According to Kayla's social worker, Sandra Vieyra, tantrums are common for overweight toddlers. "I believe that Kayla has been rewarded with food, and I believe that therefore, emotionally, she likes her food and she wants more of it."
During dinner, Kayla's mother hides the remaining soup, but when Kayla screams for more, Matos relents. "I think it's a natural instinct for parents to react to a child's tantrum. It's easier to give in to a tantrum than it is to really stay firm. It's very challenging as a parent, the natural instinct is to go and fix it, save her."
But even after Kayla eats more soup, her tantrum continues for another 10 minutes. "She wants me to give in," Matos explains. Eventually, Kayla is sent to the downstairs neighbors.
Kayla's eating habits are taking a toll on the family. Her mom is frustrated because some of Kayla's other caregivers do not follow the diet laid out for her by her nutritionist.
Matos must leave for work at 2:30 every morning to earn overtime to pay Kayla's medical bills, leaving Grandma and Dad in charge. "My husband, my mother," Matos said, "They just wanted to give, give, give. And I finally put my foot down. I said we want to see her live. You've got to help me."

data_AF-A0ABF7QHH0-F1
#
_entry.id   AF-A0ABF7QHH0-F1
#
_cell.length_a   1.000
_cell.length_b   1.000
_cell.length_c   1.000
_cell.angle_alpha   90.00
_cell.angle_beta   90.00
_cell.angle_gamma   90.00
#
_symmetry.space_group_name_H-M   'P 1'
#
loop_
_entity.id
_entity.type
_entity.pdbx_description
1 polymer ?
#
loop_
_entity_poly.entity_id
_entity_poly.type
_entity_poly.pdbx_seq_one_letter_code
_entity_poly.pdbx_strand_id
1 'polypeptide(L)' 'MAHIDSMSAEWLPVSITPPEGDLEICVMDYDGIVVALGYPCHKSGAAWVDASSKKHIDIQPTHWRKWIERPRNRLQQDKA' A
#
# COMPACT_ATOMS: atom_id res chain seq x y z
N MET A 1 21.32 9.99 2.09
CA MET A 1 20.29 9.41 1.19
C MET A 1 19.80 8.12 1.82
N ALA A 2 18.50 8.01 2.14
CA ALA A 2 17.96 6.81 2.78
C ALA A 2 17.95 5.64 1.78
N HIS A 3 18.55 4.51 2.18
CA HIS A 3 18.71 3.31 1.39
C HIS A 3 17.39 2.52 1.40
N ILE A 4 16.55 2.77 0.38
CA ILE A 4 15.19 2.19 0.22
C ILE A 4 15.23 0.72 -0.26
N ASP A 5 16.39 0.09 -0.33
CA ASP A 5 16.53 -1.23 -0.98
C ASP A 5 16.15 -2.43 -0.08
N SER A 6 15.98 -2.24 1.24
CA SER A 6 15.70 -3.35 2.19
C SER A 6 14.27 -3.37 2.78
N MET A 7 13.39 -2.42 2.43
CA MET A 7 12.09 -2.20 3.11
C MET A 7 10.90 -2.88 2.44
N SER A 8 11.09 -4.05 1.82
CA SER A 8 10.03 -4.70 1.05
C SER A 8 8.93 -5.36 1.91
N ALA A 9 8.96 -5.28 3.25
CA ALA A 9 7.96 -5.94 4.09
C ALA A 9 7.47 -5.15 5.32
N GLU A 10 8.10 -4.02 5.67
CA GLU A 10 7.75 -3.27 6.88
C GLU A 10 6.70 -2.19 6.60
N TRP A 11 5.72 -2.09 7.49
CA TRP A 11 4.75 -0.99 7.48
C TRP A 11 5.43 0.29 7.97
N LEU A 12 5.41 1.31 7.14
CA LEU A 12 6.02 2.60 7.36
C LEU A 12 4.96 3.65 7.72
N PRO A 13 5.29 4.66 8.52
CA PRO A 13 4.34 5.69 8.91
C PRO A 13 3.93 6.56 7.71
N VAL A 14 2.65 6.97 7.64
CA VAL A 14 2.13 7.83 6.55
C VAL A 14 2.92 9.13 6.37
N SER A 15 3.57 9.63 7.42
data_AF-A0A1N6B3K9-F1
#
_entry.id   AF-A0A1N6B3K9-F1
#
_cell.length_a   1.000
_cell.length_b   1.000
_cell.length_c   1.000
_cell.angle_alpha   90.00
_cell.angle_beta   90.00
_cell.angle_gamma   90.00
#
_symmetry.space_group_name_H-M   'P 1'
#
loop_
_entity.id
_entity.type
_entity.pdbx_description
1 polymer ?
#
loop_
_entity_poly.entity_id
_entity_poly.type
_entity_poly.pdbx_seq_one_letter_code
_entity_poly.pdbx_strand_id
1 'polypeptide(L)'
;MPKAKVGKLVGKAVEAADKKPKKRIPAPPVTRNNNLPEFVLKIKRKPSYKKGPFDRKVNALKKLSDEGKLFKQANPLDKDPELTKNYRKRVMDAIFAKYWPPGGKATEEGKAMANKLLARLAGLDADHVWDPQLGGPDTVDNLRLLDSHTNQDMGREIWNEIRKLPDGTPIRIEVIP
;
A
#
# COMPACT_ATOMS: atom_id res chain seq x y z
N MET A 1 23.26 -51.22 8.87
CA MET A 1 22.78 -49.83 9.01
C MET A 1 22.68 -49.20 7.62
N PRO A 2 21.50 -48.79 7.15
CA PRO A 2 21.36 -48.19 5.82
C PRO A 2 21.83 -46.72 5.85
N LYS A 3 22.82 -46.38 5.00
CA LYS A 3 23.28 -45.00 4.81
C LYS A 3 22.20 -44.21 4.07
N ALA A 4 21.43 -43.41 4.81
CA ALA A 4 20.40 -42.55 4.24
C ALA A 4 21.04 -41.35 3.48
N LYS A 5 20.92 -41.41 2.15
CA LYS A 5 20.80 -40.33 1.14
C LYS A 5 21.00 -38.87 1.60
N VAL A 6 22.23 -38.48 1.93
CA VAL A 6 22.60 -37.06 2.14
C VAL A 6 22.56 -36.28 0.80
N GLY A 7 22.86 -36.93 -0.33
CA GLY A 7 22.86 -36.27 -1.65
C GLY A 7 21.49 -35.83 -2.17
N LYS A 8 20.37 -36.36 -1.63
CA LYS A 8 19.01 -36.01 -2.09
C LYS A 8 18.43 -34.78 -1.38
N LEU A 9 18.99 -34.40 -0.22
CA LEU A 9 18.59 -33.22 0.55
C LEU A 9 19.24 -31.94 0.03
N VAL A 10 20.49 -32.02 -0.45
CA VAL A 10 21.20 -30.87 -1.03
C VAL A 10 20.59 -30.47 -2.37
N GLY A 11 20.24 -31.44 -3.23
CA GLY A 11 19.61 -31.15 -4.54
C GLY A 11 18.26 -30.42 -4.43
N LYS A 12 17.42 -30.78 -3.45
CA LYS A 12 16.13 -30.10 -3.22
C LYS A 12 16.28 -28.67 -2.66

Two years after starting the hospital nutrition program, Kayla is still gaining weight.
"We're not sure if her parents might not be aware of everything she's eating, or they may feel as though she is more active … than she actually needs to be. We're a little baffled by it ourselves."
Kayla is still gaining weight, but her doctors are encouraged that the weight gain has slowed
Even though Kayla struggles to lose weight, her mother is not sure how much of the ordeal she understands. She is, after all, only 4 years old. One thing, however, is clear to Kayla: how big a problem being overweight can be.
When Matos tells Kayla to diet, Kayla responds, "I don't want to die Mommy, I don't want to die."